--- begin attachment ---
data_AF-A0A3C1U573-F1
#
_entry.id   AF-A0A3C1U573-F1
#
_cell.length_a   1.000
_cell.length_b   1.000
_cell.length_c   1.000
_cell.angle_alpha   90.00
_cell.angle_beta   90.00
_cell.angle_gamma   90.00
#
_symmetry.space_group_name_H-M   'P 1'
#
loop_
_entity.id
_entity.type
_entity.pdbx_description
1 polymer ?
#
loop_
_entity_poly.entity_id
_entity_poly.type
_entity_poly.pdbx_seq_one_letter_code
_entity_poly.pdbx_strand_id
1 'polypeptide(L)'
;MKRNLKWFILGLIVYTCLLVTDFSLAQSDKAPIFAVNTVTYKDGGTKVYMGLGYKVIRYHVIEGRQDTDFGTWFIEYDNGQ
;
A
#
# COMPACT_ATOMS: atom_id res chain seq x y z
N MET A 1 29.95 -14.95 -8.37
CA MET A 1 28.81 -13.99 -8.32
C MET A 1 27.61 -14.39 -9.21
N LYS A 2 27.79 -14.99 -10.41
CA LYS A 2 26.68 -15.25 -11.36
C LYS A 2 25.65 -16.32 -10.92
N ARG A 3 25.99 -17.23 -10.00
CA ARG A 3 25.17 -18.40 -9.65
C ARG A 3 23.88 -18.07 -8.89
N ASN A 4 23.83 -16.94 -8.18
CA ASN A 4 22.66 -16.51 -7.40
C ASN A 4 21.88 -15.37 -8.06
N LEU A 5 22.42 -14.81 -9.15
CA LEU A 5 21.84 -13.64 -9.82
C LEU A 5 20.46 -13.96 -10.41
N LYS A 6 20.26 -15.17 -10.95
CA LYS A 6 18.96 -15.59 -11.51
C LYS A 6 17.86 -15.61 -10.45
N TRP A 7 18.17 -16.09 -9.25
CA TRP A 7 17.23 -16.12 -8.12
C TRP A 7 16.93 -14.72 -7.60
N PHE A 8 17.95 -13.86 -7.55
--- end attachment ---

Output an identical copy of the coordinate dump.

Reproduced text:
data_AF-A0A3C1U573-F1
#
_entry.id   AF-A0A3C1U573-F1
#
_cell.length_a   1.000
_cell.length_b   1.000
_cell.length_c   1.000
_cell.angle_alpha   90.00
_cell.angle_beta   90.00
_cell.angle_gamma   90.00
#
_symmetry.space_group_name_H-M   'P 1'
#
loop_
_entity.id
_entity.type
_entity.pdbx_description
1 polymer ?
#
loop_
_entity_poly.entity_id
_entity_poly.type
_entity_poly.pdbx_seq_one_letter_code
_entity_poly.pdbx_strand_id
1 'polypeptide(L)'
;MKRNLKWFILGLIVYTCLLVTDFSLAQSDKAPIFAVNTVTYKDGGTKVYMGLGYKVIRYHVIEGRQDTDFGTWFIEYDNGQ
;
A
#
# COMPACT_ATOMS: atom_id res chain seq x y z
N MET A 1 29.95 -14.95 -8.37
CA MET A 1 28.81 -13.99 -8.32
C MET A 1 27.61 -14.39 -9.21
N LYS A 2 27.79 -14.99 -10.41
CA LYS A 2 26.68 -15.25 -11.36
C LYS A 2 25.65 -16.32 -10.92
N ARG A 3 25.99 -17.23 -10.00
CA ARG A 3 25.17 -18.40 -9.65
C ARG A 3 23.88 -18.07 -8.89
N ASN A 4 23.83 -16.94 -8.18
CA ASN A 4 22.66 -16.51 -7.40
C ASN A 4 21.88 -15.37 -8.06
N LEU A 5 22.42 -14.81 -9.15
CA LEU A 5 21.84 -13.64 -9.82
C LEU A 5 20.46 -13.96 -10.41
N LYS A 6 20.26 -15.17 -10.95
CA LYS A 6 18.96 -15.59 -11.51
C LYS A 6 17.86 -15.61 -10.45
N TRP A 7 18.17 -16.09 -9.25
CA TRP A 7 17.23 -16.12 -8.12
C TRP A 7 16.93 -14.72 -7.60
N PHE A 8 17.95 -13.86 -7.55